I just listened to a webinar sponsored by the Stanford Center for Professional Development. The speaker was Sam L. Savage and the topic was “Managing Project Uncertainty”. Dr. Savage uses humor and his catch-phrase “the flaw of averages” to explain that even though the odds of any one thing going wrong on a project may be minimal, the chances that something will go wrong on a complex project are much higher. He provides real world examples as well as statistical models to illustrate his points. (I recommend that you use a search engine to find out more about Dr. Savage’s work on “the flaw of averages”.) So, how do professionals and their clients manage these risks?
Here are examples of unexpected obstacles on recent projects we encountered in our office: the departure of a key Planning Department official, a material supplier having shipping delays due to severe weather, and a building foundation that was completely non-standard for the area which caused a sudden engineering problem. These were all a bit awkward for the project team, but were handled, and the projects were completed successfully. If you are prepared to face the likelihood that something unexpected will occur, you will be in the best position to deal with it when it does.
In the construction business, one way to manage risk is to look at the track record of the architect, the engineer, and the builder. Evaluate the individual members of your proposed project team (not just the firms that they work for). Have they done similar projects? Have they worked with each other before? Have they got good references from companies or individuals that you respect? Have they got a good reputation (or at least no black eyes) in the jurisdiction where the project will be built? Are they in good standing with organizations like the Better Business Bureau and the state licensing agency appropriate to their profession?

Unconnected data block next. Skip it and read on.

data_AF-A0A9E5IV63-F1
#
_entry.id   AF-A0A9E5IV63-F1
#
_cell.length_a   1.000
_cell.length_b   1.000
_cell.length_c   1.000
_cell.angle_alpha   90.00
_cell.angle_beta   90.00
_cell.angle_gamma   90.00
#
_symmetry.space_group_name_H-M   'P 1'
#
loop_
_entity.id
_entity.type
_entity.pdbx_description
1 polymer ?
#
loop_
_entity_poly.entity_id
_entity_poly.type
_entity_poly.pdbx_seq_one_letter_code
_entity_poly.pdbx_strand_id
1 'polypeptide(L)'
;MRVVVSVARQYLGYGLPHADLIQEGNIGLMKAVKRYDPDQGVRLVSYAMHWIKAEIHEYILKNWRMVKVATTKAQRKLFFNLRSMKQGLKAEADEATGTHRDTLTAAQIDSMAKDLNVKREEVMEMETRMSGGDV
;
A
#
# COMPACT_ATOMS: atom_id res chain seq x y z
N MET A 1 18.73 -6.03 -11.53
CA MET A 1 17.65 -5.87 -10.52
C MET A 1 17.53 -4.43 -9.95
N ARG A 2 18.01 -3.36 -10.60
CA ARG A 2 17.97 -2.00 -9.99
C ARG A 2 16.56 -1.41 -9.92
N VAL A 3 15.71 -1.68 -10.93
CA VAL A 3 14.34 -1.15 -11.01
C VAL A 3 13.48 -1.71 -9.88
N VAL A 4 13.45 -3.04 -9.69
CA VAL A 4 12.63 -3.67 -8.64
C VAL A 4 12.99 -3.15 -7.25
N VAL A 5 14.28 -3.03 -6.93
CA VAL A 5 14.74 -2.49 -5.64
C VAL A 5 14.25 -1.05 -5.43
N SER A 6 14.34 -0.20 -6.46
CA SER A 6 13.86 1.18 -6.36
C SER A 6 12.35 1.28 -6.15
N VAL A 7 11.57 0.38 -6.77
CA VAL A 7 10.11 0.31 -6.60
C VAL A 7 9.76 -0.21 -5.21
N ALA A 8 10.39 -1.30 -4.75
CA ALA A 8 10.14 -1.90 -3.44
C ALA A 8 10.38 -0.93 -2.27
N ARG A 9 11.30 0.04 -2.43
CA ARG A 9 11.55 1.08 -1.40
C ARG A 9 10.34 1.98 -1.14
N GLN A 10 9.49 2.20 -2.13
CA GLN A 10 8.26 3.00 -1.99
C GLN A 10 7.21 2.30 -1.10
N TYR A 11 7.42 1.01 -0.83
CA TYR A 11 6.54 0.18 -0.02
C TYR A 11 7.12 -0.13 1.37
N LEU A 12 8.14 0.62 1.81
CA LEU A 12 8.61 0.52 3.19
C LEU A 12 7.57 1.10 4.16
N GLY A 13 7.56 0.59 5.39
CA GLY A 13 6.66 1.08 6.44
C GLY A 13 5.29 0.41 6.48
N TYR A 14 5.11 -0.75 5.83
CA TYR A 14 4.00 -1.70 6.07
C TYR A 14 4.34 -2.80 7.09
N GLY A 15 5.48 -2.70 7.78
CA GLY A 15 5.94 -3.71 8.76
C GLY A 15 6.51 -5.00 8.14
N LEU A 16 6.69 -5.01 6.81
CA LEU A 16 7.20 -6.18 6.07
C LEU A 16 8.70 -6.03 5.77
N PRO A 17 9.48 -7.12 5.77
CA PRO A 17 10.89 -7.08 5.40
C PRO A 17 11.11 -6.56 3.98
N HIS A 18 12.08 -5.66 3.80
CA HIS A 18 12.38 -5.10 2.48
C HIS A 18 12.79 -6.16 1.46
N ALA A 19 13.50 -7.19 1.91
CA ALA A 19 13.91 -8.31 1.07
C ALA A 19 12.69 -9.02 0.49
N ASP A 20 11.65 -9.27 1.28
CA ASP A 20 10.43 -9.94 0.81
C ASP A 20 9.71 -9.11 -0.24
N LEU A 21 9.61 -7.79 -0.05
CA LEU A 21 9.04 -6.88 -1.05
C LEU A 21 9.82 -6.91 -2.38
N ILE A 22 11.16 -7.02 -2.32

As a client, you should assemble a project team that you feel comfortable talking to and that you can trust to do a good job for you. That doesn’t mean that you will not encounter any problems with your project. But it does mean that your team has the ability to address a problem and come up with a well-reasoned solution if and when it occurs. I call this the three A’s: AVOID, ANTICIPATE, and ALLEVIATE. By this I’m saying that as architects we try to help our clients avoid construction or permitting problems through good design and communication with the permitting agencies. If something unexpected occurs, then at least we can anticipate what mitigation steps may be required, and alleviate the difficulty by coming up with a work-around solution.
Another issue is quality control. All of your professional project team members should manage the quality of their own output. But who will be in charge of keeping track of the overall project? This entails reviewing the scope of work, coordinating the engineering and the design, tracking the percentage of work completed, amount billed and yet to be paid, deadlines, and budget management. Are regular team meetings going to take place? Where and at what intervals? If no one is put in charge of quality control of the project as a whole, then you as the client will be carrying that burden, especially while you are under construction, and you or your company needs to be prepared for that. If your company is large, you probably have a project manager in charge who will be watching the construction process like a hawk (of your new company headquarters, for example). If you are a small business owner doing a tenant improvement with a limited budget, you might not have the bandwidth to handle this responsibility. Make sure your architect can provide you with this service and that it is in his/her budget to coordinate with the rest of the team members and to provide you with regular updates.
Lastly, expect the unexpected. Hope for the best, but plan for the worst. Build a reasonable contingency allowance into your budget and timeline. Understand that there may be unforeseen and unavoidable factors which are just part of the process, and be prepared for them.
— Lorianna Kastrop Vice President, The Kastrop Group, Inc. Architects